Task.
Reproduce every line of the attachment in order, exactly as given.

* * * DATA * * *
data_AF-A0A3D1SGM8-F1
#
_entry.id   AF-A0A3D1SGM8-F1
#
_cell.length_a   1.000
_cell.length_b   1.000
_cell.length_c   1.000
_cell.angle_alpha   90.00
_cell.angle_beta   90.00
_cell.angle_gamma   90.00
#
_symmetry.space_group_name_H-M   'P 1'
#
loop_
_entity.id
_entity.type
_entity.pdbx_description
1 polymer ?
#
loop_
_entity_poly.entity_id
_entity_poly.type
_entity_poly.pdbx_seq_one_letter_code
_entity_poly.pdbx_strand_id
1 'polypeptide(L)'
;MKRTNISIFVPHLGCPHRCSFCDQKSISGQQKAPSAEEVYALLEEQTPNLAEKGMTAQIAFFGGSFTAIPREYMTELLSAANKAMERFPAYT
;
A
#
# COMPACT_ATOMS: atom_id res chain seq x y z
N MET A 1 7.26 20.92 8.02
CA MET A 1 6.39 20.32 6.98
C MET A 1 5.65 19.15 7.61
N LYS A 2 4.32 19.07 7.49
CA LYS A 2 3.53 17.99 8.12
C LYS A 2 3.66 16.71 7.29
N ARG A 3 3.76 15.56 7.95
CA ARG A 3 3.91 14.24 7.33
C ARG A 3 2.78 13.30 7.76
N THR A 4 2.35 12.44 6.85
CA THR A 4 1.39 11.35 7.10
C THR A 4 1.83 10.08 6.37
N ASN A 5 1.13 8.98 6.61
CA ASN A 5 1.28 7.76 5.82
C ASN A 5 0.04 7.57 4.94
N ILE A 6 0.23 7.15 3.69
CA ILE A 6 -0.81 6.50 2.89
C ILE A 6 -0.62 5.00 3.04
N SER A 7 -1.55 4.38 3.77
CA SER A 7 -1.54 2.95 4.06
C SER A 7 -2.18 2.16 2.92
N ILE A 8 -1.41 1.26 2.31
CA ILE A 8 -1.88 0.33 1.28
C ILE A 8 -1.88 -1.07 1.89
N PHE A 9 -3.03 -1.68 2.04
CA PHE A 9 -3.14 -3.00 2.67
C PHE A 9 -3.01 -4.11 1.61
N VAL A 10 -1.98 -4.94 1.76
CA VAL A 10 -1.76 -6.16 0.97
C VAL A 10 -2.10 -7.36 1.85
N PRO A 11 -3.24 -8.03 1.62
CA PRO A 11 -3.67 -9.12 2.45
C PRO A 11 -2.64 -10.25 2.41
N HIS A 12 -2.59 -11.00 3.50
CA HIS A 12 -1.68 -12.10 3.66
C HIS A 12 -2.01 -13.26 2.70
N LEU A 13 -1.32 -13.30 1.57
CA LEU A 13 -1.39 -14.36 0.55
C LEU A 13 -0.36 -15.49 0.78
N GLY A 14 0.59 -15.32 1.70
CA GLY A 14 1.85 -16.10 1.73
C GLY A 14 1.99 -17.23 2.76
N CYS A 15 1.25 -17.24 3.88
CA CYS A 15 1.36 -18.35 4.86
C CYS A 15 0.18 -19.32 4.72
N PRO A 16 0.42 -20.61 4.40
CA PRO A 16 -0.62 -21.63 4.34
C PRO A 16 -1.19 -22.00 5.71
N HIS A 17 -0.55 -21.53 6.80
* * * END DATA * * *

data_AF-A0A3D1SGM8-F1
#
_entry.id   AF-A0A3D1SGM8-F1
#
_cell.length_a   1.000
_cell.length_b   1.000
_cell.length_c   1.000
_cell.angle_alpha   90.00
_cell.angle_beta   90.00
_cell.angle_gamma   90.00
#
_symmetry.space_group_name_H-M   'P 1'
#
loop_
_entity.id
_entity.type
_entity.pdbx_description
1 polymer ?
#
loop_
_entity_poly.entity_id
_entity_poly.type
_entity_poly.pdbx_seq_one_letter_code
_entity_poly.pdbx_strand_id
1 'polypeptide(L)'
;MKRTNISIFVPHLGCPHRCSFCDQKSISGQQKAPSAEEVYALLEEQTPNLAEKGMTAQIAFFGGSFTAIPREYMTELLSAANKAMERFPAYT
;
A
#
# COMPACT_ATOMS: atom_id res chain seq x y z
N MET A 1 7.26 20.92 8.02
CA MET A 1 6.39 20.32 6.98
C MET A 1 5.65 19.15 7.61
N LYS A 2 4.32 19.07 7.49
CA LYS A 2 3.53 17.99 8.12
C LYS A 2 3.66 16.71 7.29
N ARG A 3 3.76 15.56 7.95
CA ARG A 3 3.91 14.24 7.33
C ARG A 3 2.78 13.30 7.76
N THR A 4 2.35 12.44 6.85
CA THR A 4 1.39 11.35 7.10
C THR A 4 1.83 10.08 6.37
N ASN A 5 1.13 8.98 6.61
CA ASN A 5 1.28 7.76 5.82
C ASN A 5 0.04 7.57 4.94
N ILE A 6 0.23 7.15 3.69
CA ILE A 6 -0.81 6.50 2.89
C ILE A 6 -0.62 5.00 3.04
N SER A 7 -1.55 4.38 3.77
CA SER A 7 -1.54 2.95 4.06
C SER A 7 -2.18 2.16 2.92
N ILE A 8 -1.41 1.26 2.31
CA ILE A 8 -1.88 0.33 1.28
C ILE A 8 -1.88 -1.07 1.89
N PHE A 9 -3.03 -1.68 2.04
CA PHE A 9 -3.14 -3.00 2.67
C PHE A 9 -3.01 -4.11 1.61
N VAL A 10 -1.98 -4.94 1.76
CA VAL A 10 -1.76 -6.16 0.97
C VAL A 10 -2.10 -7.36 1.85
N PRO A 11 -3.24 -8.03 1.62
CA PRO A 11 -3.67 -9.12 2.45
C PRO A 11 -2.64 -10.25 2.41
N HIS A 12 -2.59 -11.00 3.50
CA HIS A 12 -1.68 -12.10 3.66
C HIS A 12 -2.01 -13.26 2.70
N LEU A 13 -1.32 -13.30 1.57
CA LEU A 13 -1.39 -14.36 0.55
C LEU A 13 -0.36 -15.49 0.78
N GLY A 14 0.59 -15.32 1.70
CA GLY A 14 1.85 -16.10 1.73
C GLY A 14 1.99 -17.23 2.76
N CYS A 15 1.25 -17.24 3.88
CA CYS A 15 1.36 -18.35 4.86
C CYS A 15 0.18 -19.32 4.72
N PRO A 16 0.42 -20.61 4.40
CA PRO A 16 -0.62 -21.63 4.34
C PRO A 16 -1.19 -22.00 5.71
N HIS A 17 -0.55 -21.53 6.80